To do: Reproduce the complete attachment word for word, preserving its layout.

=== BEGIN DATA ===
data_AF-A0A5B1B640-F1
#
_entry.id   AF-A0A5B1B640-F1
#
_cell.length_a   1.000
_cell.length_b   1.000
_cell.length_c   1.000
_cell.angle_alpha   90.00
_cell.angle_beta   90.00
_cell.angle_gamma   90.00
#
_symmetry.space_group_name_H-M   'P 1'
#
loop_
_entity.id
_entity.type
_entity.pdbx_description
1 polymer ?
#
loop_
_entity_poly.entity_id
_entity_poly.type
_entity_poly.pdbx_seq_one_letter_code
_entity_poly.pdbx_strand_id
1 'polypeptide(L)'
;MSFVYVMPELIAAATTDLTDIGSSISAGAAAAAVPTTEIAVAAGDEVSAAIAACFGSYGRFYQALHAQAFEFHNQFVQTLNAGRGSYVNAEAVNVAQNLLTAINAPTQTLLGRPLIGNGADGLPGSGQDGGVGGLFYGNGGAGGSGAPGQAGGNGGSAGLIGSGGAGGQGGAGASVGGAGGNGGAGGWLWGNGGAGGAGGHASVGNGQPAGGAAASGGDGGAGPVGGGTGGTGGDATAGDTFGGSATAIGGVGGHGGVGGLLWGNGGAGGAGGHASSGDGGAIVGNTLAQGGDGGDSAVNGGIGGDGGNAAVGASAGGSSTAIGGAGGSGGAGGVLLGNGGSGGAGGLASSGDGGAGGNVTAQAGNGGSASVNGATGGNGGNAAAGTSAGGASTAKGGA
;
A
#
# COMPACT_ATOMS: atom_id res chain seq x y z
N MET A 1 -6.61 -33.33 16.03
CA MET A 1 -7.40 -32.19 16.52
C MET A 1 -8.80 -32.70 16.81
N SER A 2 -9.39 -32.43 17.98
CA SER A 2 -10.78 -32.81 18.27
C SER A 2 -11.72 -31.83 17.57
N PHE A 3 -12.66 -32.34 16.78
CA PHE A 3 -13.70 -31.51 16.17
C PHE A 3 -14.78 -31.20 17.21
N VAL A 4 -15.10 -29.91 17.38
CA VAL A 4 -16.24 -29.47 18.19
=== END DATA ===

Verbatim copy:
data_AF-A0A5B1B640-F1
#
_entry.id   AF-A0A5B1B640-F1
#
_cell.length_a   1.000
_cell.length_b   1.000
_cell.length_c   1.000
_cell.angle_alpha   90.00
_cell.angle_beta   90.00
_cell.angle_gamma   90.00
#
_symmetry.space_group_name_H-M   'P 1'
#
loop_
_entity.id
_entity.type
_entity.pdbx_description
1 polymer ?
#
loop_
_entity_poly.entity_id
_entity_poly.type
_entity_poly.pdbx_seq_one_letter_code
_entity_poly.pdbx_strand_id
1 'polypeptide(L)'
;MSFVYVMPELIAAATTDLTDIGSSISAGAAAAAVPTTEIAVAAGDEVSAAIAACFGSYGRFYQALHAQAFEFHNQFVQTLNAGRGSYVNAEAVNVAQNLLTAINAPTQTLLGRPLIGNGADGLPGSGQDGGVGGLFYGNGGAGGSGAPGQAGGNGGSAGLIGSGGAGGQGGAGASVGGAGGNGGAGGWLWGNGGAGGAGGHASVGNGQPAGGAAASGGDGGAGPVGGGTGGTGGDATAGDTFGGSATAIGGVGGHGGVGGLLWGNGGAGGAGGHASSGDGGAIVGNTLAQGGDGGDSAVNGGIGGDGGNAAVGASAGGSSTAIGGAGGSGGAGGVLLGNGGSGGAGGLASSGDGGAGGNVTAQAGNGGSASVNGATGGNGGNAAAGTSAGGASTAKGGA
;
A
#
# COMPACT_ATOMS: atom_id res chain seq x y z
N MET A 1 -6.61 -33.33 16.03
CA MET A 1 -7.40 -32.19 16.52
C MET A 1 -8.80 -32.70 16.81
N SER A 2 -9.39 -32.43 17.98
CA SER A 2 -10.78 -32.81 18.27
C SER A 2 -11.72 -31.83 17.57
N PHE A 3 -12.66 -32.34 16.78
CA PHE A 3 -13.70 -31.51 16.17
C PHE A 3 -14.78 -31.20 17.21
N VAL A 4 -15.10 -29.91 17.38
CA VAL A 4 -16.24 -29.47 18.19